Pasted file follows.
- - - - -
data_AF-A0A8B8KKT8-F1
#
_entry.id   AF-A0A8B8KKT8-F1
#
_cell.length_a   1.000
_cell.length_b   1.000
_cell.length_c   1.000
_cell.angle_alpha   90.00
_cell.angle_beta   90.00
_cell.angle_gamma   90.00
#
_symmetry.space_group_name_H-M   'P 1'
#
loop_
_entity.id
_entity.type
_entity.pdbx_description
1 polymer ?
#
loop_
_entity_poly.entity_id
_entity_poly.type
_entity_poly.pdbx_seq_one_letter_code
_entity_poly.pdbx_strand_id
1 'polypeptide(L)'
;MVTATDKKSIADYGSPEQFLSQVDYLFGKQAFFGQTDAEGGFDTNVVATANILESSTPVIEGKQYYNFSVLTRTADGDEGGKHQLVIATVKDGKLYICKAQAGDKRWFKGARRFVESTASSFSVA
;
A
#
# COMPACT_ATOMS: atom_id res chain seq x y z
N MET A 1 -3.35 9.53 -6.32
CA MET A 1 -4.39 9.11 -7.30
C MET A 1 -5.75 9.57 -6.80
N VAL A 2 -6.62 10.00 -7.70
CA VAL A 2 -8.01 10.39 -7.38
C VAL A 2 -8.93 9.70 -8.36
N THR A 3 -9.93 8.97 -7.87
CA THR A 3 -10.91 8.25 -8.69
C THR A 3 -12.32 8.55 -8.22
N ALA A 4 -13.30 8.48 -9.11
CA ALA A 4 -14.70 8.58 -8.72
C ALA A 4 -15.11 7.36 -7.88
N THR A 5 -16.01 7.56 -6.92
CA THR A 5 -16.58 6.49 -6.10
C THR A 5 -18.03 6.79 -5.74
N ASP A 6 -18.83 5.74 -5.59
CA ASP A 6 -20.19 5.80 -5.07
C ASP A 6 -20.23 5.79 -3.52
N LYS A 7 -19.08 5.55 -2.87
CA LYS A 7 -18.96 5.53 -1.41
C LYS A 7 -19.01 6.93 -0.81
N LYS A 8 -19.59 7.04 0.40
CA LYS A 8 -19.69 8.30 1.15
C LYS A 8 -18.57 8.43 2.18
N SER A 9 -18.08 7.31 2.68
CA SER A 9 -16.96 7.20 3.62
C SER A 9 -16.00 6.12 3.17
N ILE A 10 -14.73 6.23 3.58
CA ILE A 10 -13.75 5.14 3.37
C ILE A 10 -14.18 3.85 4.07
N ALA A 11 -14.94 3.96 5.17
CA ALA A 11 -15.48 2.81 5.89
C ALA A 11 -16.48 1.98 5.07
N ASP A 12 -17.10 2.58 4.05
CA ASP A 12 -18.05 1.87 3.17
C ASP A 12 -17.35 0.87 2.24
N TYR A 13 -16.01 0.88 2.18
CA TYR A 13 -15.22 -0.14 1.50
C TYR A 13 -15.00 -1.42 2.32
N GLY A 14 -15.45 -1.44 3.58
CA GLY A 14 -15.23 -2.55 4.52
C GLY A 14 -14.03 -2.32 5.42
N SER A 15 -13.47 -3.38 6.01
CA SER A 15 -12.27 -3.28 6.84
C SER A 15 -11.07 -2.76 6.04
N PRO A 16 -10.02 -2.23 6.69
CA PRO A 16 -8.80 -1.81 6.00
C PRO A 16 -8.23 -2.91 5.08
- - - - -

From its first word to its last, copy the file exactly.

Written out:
data_AF-A0A8B8KKT8-F1
#
_entry.id   AF-A0A8B8KKT8-F1
#
_cell.length_a   1.000
_cell.length_b   1.000
_cell.length_c   1.000
_cell.angle_alpha   90.00
_cell.angle_beta   90.00
_cell.angle_gamma   90.00
#
_symmetry.space_group_name_H-M   'P 1'
#
loop_
_entity.id
_entity.type
_entity.pdbx_description
1 polymer ?
#
loop_
_entity_poly.entity_id
_entity_poly.type
_entity_poly.pdbx_seq_one_letter_code
_entity_poly.pdbx_strand_id
1 'polypeptide(L)'
;MVTATDKKSIADYGSPEQFLSQVDYLFGKQAFFGQTDAEGGFDTNVVATANILESSTPVIEGKQYYNFSVLTRTADGDEGGKHQLVIATVKDGKLYICKAQAGDKRWFKGARRFVESTASSFSVA
;
A
#
# COMPACT_ATOMS: atom_id res chain seq x y z
N MET A 1 -3.35 9.53 -6.32
CA MET A 1 -4.39 9.11 -7.30
C MET A 1 -5.75 9.57 -6.80
N VAL A 2 -6.62 10.00 -7.70
CA VAL A 2 -8.01 10.39 -7.38
C VAL A 2 -8.93 9.70 -8.36
N THR A 3 -9.93 8.97 -7.87
CA THR A 3 -10.91 8.25 -8.69
C THR A 3 -12.32 8.55 -8.22
N ALA A 4 -13.30 8.48 -9.11
CA ALA A 4 -14.70 8.58 -8.72
C ALA A 4 -15.11 7.36 -7.88
N THR A 5 -16.01 7.56 -6.92
CA THR A 5 -16.58 6.49 -6.10
C THR A 5 -18.03 6.79 -5.74
N ASP A 6 -18.83 5.74 -5.59
CA ASP A 6 -20.19 5.80 -5.07
C ASP A 6 -20.23 5.79 -3.52
N LYS A 7 -19.08 5.55 -2.87
CA LYS A 7 -18.96 5.53 -1.41
C LYS A 7 -19.01 6.93 -0.81
N LYS A 8 -19.59 7.04 0.40
CA LYS A 8 -19.69 8.30 1.15
C LYS A 8 -18.57 8.43 2.18
N SER A 9 -18.08 7.31 2.68
CA SER A 9 -16.96 7.20 3.62
C SER A 9 -16.00 6.12 3.17
N ILE A 10 -14.73 6.23 3.58
CA ILE A 10 -13.75 5.14 3.37
C ILE A 10 -14.18 3.85 4.07
N ALA A 11 -14.94 3.96 5.17
CA ALA A 11 -15.48 2.81 5.89
C ALA A 11 -16.48 1.98 5.07
N ASP A 12 -17.10 2.58 4.05
CA ASP A 12 -18.05 1.87 3.17
C ASP A 12 -17.35 0.87 2.24
N TYR A 13 -16.01 0.88 2.18
CA TYR A 13 -15.22 -0.14 1.50
C TYR A 13 -15.00 -1.42 2.32
N GLY A 14 -15.45 -1.44 3.58
CA GLY A 14 -15.23 -2.55 4.52
C GLY A 14 -14.03 -2.32 5.42
N SER A 15 -13.47 -3.38 6.01
CA SER A 15 -12.27 -3.28 6.84
C SER A 15 -11.07 -2.76 6.04
N PRO A 16 -10.02 -2.23 6.69
CA PRO A 16 -8.80 -1.81 6.00
C PRO A 16 -8.23 -2.91 5.08